N.W.T. fire update: Reid Lake fire jumps Ingraham Trail
More of Highway 4 closed, Highway 3 closed Friday afternoon for controlled burn
More of the Ingraham Trail, near Yellowknife, is currently closed due to a wildfire burning in the area.
Yesterday, N.W.T. fire crews were successful in protecting cabins near Reid Lake from a wildfire. Due to the close proximity of the fire to the Ingraham Trail, the highway was closed from the Reid Lake campground to Tibbitt Lake.
Despite the success of the operation, the wildfire jumped the highway near the Bull Moose Turnoff, which forced fire crews to move the highway closure to the Cameron River day use area, about seven kilometres further up the highway.
"The fire did jump north of Highway 4 [Ingraham Trail]," said territorial duty officer Mike Gravel. "We are currently taking action on the area that jumped over the highway, and we're making good progress in that area."
While no cabins are in immediate danger, the wildfire burning near Reid Lake has grown by 50 square kilometres since yesterday, Gravel said.
Highway 3 closed due to controlled burn
The territorial government closed Highway 3 between Behchoko and Fort Providence this afternoon in order to conduct a controlled burn in the area. The burn is intended to stop a nearby wildfire from crossing the highway, said Gravel, and Highway 3 is expected to re-open this evening.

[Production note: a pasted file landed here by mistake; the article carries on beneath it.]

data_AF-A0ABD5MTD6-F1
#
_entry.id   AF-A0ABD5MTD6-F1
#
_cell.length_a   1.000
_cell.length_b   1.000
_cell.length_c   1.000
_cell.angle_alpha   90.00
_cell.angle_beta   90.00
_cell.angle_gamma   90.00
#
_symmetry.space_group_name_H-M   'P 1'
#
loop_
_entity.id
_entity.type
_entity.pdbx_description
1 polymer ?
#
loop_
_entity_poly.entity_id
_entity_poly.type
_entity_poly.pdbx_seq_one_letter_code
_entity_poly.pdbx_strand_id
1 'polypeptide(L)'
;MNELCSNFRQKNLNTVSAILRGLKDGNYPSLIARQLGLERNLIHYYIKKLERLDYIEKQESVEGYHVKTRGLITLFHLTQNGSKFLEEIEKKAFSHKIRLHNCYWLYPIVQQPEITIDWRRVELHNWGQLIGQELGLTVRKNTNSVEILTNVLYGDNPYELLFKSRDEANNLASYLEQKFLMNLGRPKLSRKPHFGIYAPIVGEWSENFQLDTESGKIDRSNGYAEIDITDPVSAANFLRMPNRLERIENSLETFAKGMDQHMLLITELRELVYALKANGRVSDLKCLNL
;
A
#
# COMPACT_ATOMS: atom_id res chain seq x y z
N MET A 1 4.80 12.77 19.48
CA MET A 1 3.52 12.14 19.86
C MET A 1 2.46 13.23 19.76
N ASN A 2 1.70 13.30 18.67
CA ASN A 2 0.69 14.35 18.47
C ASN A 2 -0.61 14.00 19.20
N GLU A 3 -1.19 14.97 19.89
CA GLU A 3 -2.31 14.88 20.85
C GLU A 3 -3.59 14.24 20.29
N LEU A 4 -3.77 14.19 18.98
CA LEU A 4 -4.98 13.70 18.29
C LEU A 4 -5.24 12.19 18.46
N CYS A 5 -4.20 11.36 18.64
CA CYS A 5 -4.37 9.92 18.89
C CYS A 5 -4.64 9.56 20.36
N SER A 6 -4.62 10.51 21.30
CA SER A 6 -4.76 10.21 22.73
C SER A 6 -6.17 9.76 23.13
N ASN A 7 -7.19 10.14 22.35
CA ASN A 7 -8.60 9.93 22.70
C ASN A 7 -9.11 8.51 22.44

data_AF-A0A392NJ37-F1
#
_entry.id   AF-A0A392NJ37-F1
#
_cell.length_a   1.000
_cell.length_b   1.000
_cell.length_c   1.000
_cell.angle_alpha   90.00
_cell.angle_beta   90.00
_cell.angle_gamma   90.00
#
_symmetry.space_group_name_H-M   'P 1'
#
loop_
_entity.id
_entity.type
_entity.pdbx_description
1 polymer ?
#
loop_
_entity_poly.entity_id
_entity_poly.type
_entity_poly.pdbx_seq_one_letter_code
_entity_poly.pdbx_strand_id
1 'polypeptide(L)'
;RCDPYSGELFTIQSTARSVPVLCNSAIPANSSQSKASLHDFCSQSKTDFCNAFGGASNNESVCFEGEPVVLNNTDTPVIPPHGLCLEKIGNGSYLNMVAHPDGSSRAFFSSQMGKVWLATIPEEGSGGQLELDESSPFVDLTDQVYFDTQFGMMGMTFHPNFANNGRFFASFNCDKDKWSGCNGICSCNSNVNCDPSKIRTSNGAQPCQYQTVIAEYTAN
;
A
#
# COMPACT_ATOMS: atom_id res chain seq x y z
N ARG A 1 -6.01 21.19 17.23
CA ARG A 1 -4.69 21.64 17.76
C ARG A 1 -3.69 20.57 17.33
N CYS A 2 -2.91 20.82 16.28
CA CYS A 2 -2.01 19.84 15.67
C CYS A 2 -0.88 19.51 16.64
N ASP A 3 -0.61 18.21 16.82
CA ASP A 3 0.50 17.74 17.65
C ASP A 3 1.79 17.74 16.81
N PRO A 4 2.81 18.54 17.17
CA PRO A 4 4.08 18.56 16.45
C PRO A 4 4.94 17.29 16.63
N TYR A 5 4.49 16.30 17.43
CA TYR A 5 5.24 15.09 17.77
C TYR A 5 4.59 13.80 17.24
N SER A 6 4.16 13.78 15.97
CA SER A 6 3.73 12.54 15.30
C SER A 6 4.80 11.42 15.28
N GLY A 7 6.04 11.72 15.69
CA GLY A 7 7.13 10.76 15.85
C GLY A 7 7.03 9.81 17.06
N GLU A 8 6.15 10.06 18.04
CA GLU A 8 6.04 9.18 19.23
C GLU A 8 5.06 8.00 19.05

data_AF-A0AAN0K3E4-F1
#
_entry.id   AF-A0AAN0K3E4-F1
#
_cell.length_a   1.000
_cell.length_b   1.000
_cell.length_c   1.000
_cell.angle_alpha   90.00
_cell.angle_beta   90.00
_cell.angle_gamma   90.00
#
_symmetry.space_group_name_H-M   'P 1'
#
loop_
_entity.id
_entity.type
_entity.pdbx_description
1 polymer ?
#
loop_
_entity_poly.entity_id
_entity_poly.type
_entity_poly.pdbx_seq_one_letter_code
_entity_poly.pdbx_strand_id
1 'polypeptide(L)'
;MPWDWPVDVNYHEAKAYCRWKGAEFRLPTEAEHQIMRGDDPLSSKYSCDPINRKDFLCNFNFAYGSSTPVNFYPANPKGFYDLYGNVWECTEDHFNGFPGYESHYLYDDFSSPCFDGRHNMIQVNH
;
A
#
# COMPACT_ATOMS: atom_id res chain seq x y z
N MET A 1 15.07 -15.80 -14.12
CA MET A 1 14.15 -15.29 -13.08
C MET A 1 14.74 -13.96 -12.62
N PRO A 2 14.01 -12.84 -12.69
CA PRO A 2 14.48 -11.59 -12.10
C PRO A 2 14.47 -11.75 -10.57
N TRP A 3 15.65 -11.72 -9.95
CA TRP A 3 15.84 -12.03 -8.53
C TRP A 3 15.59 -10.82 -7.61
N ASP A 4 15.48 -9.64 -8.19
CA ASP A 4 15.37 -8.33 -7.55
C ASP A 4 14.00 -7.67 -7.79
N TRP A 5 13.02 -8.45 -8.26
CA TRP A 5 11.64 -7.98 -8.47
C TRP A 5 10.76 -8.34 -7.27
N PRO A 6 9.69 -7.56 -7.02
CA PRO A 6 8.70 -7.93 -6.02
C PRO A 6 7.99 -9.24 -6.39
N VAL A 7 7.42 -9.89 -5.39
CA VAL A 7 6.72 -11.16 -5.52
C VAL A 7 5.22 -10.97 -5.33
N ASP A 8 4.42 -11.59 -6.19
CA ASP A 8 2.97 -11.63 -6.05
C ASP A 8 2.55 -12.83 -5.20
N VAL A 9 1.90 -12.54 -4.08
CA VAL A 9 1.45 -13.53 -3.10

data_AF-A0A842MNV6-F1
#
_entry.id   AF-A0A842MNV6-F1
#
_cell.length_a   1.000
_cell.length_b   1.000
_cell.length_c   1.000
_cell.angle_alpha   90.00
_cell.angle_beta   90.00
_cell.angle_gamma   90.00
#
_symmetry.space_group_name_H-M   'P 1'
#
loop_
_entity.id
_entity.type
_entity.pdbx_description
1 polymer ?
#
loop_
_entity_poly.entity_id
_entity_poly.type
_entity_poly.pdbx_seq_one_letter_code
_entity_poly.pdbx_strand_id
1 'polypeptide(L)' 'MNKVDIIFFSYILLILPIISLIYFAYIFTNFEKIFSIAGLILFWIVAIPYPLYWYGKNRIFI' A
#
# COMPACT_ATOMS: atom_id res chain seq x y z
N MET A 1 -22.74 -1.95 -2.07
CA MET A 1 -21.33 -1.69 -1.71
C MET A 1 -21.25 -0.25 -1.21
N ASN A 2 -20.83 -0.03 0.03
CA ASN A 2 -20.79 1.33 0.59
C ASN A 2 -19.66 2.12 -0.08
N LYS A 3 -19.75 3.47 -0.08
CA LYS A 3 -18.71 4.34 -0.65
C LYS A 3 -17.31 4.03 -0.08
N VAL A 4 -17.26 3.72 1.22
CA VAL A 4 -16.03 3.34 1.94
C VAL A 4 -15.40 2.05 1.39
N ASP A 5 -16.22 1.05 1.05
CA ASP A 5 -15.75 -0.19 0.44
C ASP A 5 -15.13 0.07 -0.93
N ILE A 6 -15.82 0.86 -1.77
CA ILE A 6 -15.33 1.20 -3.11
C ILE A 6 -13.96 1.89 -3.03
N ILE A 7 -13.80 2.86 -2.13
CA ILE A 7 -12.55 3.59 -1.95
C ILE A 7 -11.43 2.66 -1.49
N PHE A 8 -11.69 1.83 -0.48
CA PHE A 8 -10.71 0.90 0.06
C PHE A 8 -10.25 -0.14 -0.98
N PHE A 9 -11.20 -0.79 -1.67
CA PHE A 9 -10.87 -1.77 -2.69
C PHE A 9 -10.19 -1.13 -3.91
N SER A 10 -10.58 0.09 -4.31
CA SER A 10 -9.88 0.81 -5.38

"If we didn't do this operation, there's a good chance that the road could be closed for days, because the fire would be in that area for a number of days," he said. "It's a preventative operation."
Gravel said 11 new fires in the territory have started over the past week, most in the North Slave region, where conditions remain hot and dry.
One of those fires, near Fort Providence, was caused by people, Gravel said, due to an errant cigarette butt.
Gravel stressed the importance of being especially careful during the summer, where the dry conditions can cause fires to start very quickly.
"The person-caused fires cause us grief," he said, "because they're close to communities, and they're obviously preventable."